The National Highway Traffic Safety Administration launched a preliminary investigation in late January into more than 905,000 Chevy Cobalts. The agency acted after receiving more than 1,100 complaints from consumers related to power steering failures.

In addition to the 2005-2010 Cobalts, GM is recalling 2007-2010 Pontiac G5s, 2005 and 2006 Pontiac Pursuit models, sold in Canada, and the 2005 and 2006 Pontiac G4, sold in Mexico.

NHTSA records show 14 crashes have resulted due to power steering failures, with one injury reported; a formal investigation was announced in early February.

"After our in-depth investigation, we found that this is a condition that takes time to develop. It tends to occur in older models out of warranty," said Hresko, the GM quality executive. "Recalling these vehicles is the right thing to do for our customers' peace of mind."

The automaker will fix older models first because it usually takes 20,000 to 30,000 miles of driving for the condition to develop.

GM said if the power steering assist fails, it usually comes back for a time after the car is shut off and restarted.

GM spokesman Greg Martin said the recall announcement, which came just hours before a Senate committee was due to begin grilling Toyota executives for the third time in a week over that company's own safety and quality woes, wasn't connected to comments made last week at a House committee hearing on the Toyota recalls.

Transportation Secretary Ray LaHood took heat from House members who questioned whether Toyota's popular compact Corolla model, which has also experienced power steering issues, was receiving more attention from safety regulators than GM's Cobalt, despite the American car having generated more consumer complaints.

"The timing of the announcement wasn't connected with any comments made in Congress," Martin said.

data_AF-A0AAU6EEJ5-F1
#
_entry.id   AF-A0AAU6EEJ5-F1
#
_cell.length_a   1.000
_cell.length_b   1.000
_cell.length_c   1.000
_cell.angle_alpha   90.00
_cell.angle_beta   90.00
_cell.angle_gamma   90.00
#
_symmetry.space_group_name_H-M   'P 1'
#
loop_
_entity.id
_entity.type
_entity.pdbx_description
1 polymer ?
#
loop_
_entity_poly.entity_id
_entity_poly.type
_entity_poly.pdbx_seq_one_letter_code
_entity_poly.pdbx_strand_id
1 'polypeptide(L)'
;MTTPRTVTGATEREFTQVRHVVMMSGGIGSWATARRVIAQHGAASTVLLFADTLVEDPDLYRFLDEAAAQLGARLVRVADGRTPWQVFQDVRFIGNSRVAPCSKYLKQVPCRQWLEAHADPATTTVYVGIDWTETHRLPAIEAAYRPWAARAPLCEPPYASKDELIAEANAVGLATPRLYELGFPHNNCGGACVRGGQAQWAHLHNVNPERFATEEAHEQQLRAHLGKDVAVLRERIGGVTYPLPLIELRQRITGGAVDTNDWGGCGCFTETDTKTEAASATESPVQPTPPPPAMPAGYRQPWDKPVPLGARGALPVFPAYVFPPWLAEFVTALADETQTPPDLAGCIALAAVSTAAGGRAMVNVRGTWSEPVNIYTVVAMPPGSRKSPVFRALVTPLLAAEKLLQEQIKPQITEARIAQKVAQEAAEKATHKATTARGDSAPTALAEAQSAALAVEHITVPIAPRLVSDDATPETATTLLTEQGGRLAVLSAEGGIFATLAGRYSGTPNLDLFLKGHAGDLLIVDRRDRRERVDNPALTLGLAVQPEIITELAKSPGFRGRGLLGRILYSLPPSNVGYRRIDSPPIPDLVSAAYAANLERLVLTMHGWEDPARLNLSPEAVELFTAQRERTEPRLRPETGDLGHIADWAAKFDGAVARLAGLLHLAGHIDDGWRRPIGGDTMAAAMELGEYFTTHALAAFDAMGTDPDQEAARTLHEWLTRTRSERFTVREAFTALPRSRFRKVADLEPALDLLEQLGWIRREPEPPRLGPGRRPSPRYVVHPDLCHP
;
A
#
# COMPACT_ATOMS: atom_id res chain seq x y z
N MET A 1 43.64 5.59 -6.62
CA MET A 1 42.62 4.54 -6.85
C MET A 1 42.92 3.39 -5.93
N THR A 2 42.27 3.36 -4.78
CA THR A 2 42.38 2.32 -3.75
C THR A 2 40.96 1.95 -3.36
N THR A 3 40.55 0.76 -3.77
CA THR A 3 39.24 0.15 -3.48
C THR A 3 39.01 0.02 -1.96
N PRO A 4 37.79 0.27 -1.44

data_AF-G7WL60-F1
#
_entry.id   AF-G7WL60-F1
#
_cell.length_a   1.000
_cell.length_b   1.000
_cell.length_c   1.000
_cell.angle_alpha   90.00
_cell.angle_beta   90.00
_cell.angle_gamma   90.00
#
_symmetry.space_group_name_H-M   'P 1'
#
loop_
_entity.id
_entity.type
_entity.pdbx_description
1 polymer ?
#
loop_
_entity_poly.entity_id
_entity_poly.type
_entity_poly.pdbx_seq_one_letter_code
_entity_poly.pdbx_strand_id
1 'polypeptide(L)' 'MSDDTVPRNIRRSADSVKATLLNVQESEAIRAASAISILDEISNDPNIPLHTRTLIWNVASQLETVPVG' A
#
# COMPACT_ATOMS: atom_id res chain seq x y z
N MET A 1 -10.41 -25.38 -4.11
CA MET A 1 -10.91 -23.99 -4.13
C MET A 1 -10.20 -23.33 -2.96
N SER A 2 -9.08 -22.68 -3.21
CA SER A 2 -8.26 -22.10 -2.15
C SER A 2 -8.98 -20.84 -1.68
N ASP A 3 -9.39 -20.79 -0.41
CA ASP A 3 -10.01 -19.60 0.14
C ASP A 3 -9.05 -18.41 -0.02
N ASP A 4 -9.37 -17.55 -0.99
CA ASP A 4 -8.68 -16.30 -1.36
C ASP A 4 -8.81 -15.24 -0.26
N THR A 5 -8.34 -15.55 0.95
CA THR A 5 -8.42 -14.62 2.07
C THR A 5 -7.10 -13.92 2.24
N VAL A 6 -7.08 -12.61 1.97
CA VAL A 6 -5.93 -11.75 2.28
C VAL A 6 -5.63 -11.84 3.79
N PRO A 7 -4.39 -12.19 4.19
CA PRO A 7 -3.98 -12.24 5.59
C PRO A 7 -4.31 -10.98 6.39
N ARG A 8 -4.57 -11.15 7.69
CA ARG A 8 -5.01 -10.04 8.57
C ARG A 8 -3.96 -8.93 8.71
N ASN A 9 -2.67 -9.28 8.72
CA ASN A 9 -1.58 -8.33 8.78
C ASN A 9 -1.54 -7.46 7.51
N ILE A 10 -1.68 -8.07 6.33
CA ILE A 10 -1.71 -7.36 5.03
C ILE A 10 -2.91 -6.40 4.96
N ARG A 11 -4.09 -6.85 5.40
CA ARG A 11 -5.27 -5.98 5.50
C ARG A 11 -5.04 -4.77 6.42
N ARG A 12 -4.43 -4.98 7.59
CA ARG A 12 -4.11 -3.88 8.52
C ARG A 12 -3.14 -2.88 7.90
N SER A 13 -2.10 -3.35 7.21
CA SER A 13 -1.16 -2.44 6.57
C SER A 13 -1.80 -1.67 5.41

GM to recall 1.3M vehicles for power steering fix

Nathan Hurst / Detroit News Washington Bureau
March 2, 2010

Washington -- General Motors will recall 1.3 million compact vehicles to correct a power steering problem, the company announced late Monday.

GM plans to replace defective power steering motors that are prone to failure, but an exact fix for the affected cars isn't yet ready; customers will be notified when one is, and company officials say the cars can be safely driven until a fix is prepared.

"While greater steering effort under 15 mph may be required, these vehicles are safe to drive because the customer can still steer the vehicle," Jamie Hresko, GM's vice president of quality, said in a statement.

"When the condition occurs, both a chime will sound and a 'Power Steering' message will be displayed."

GM's announcement comes on the heels of a troubling series of recalls by Japanese rival Toyota Motor Co. following numerous complaints of unintended acceleration and braking issues.

All told, Toyota has issued recalls for more than 8.5 million vehicles, more than 6 million of them in the U.S. alone.

GM's recall, while smaller in scale than Toyota's, extends beyond earlier problems report by federal auto safety regulators.